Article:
Settlement Agreements

What is an exit package?

An exit package (also known as a severance package or severance agreement) is something that may be offered or agreed when an employee’s employment is terminated. 

An exit package will usually be used when an employer needs to make redundancies, during disciplinary and grievance procedures or to settle genuine disputes such as potential claims for constructive dismissal, discrimination, harassment, victimisation and detriment for making a protected disclosure (also known as whistleblowing). 

If an employer is open to agreeing an exit package they will usually, especially if there is some kind of legal dispute, want an employee to sign a settlement agreement where the employee will agree to waive their right to bring any legal action against their employer which relates to their employment or its termination. 

Am I entitled to an exit package?

Employers do not have to offer an exit package or agree to one if the employee asks for one. However, as it is an amicable method of terminating employment which can protect the employer from litigation against them many employers will be open to considering an exit package. 

What is a good exit package?

There is no ‘one size fits all’ situation here. 

At a minimum an employee will want any contractual payments owed to them to be made such as notice pay, accrued but untaken holiday, wages, commission or bonuses owed or statutory redundancy pay, if relevant. The employee should also receive some kind of ex gratia payment if they are being required to sign a settlement agreement.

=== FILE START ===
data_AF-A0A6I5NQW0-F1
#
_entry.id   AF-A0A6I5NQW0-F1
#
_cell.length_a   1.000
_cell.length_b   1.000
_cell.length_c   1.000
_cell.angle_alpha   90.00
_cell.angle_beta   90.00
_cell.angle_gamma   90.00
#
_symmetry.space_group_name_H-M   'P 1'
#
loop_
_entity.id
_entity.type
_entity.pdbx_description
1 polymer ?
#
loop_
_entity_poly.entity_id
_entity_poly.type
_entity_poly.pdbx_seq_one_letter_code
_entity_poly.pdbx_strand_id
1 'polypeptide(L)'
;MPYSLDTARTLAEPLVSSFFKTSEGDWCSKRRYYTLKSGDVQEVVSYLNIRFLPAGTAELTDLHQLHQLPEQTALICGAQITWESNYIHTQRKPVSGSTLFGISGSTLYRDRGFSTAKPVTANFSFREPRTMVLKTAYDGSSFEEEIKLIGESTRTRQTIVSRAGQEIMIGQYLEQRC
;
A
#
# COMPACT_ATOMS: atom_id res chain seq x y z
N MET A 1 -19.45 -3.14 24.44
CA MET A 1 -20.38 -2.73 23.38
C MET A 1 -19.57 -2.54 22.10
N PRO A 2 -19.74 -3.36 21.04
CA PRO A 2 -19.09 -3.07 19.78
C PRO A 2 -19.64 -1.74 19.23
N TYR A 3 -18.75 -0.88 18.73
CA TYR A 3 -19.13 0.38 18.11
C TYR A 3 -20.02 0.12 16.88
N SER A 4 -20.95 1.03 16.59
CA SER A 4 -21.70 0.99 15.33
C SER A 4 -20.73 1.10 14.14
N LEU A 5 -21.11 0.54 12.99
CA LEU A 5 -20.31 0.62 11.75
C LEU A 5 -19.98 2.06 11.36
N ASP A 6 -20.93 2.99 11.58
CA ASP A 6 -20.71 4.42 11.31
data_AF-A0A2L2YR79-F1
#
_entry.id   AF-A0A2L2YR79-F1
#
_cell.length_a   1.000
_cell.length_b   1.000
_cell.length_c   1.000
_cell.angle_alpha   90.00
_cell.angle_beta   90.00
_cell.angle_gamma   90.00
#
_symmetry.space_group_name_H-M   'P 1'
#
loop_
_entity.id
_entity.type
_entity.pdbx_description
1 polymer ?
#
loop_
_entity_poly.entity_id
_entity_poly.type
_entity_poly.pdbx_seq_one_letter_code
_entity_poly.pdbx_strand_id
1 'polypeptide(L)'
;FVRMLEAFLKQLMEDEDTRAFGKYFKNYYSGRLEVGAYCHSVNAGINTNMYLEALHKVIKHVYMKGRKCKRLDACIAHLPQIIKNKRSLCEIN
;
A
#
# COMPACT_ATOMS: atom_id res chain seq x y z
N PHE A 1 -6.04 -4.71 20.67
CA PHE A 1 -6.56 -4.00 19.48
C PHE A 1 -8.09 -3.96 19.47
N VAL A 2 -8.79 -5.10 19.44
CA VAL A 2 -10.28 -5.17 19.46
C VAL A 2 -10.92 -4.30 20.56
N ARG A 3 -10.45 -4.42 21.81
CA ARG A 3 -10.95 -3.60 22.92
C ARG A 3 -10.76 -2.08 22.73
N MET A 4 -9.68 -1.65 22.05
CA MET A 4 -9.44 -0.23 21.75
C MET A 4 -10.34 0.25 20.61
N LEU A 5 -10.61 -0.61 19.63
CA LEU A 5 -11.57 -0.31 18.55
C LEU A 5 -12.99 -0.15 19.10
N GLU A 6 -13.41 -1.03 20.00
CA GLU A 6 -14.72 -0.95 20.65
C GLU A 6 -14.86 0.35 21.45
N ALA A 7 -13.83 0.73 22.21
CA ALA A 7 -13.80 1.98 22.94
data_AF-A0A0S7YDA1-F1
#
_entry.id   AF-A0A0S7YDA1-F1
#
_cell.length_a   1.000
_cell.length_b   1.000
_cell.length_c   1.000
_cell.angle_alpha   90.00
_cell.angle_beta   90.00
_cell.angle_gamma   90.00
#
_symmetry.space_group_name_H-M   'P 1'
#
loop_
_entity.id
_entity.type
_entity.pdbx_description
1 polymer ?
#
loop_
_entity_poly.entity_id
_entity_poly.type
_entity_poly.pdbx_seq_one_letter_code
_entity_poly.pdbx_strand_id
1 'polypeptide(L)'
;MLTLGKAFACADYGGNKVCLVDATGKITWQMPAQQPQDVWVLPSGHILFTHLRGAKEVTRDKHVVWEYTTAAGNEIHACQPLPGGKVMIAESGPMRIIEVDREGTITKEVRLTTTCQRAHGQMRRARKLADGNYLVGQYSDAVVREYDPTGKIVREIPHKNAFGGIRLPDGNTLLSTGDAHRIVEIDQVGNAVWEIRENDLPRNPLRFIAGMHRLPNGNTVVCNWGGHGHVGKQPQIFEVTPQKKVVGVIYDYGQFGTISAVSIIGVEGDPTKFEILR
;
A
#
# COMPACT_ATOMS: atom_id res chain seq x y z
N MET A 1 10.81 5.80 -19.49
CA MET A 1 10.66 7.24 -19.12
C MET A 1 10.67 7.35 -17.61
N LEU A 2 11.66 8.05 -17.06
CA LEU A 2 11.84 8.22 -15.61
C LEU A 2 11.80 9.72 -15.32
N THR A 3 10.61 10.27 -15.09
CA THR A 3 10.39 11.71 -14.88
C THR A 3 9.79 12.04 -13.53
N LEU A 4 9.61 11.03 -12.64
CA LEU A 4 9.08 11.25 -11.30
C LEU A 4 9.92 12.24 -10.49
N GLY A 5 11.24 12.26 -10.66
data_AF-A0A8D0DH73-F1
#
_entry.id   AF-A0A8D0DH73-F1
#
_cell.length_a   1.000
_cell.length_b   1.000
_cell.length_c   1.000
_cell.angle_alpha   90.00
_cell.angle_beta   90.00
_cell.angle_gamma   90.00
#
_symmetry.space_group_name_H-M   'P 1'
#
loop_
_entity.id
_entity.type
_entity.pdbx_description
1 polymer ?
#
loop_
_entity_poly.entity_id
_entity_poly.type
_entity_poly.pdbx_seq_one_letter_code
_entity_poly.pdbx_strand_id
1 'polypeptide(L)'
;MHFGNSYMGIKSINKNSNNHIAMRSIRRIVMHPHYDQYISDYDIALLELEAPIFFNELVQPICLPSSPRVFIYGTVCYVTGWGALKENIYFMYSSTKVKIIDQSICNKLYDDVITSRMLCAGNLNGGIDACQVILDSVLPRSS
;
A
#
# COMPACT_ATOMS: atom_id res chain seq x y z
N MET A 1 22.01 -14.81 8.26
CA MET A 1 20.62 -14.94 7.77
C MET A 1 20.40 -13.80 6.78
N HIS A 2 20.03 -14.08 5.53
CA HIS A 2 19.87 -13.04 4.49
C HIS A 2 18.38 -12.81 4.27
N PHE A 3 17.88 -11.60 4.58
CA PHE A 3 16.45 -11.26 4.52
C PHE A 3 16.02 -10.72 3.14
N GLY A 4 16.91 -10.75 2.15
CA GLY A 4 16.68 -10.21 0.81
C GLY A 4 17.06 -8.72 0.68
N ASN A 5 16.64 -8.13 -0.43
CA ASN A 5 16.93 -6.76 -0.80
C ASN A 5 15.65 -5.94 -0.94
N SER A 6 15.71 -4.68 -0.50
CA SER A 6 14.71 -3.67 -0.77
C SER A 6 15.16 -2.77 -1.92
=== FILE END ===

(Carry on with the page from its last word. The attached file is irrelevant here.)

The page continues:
After that what is ‘good’ will depend upon the strength of any claims the employee may have. As compensation in the Employment Tribunal is largely based upon losses each case will need to be looked at individually to assess what is appropriate. 

It may be crass, but a good starting point is for an employee to have a think about how much money they need – how long will it take the employee to find new employment? What outgoings do they need to cover in the interim? 

Further, an employee will want to weigh up resolving a potential claim quickly and amicably versus pursuing legal action. There is a risk that a busy employment tribunal may be unable to hear their case for many months (and in worst case scenarios over a year from issuing the claim). There are potential legal costs if the employee decides to be legally represented (legal costs rarely being awarded to the winning party) and ultimately, the risk of losing a claim. Taking this into account a lower ex-gratia sum may be worth considering for the comfort of the matter being resolved quickly and with limited legal fees.

The employee should have a think about any non-monetary elements that they want. Sometimes the removal of post-termination restrictions (also known as restraint of trade or restrictive covenants) can be more valuable than larger sums of money. If an employee is entering into an exit package due to a disagreement related to a performance improvement plan or because of a misconduct allegation against them, then an agreed and a somewhat guaranteed employment reference and a leaving announcement can be very helpful. It may also be possible to negotiate to retain equipment such as a laptop, mobile telephone and number or purchase a company car.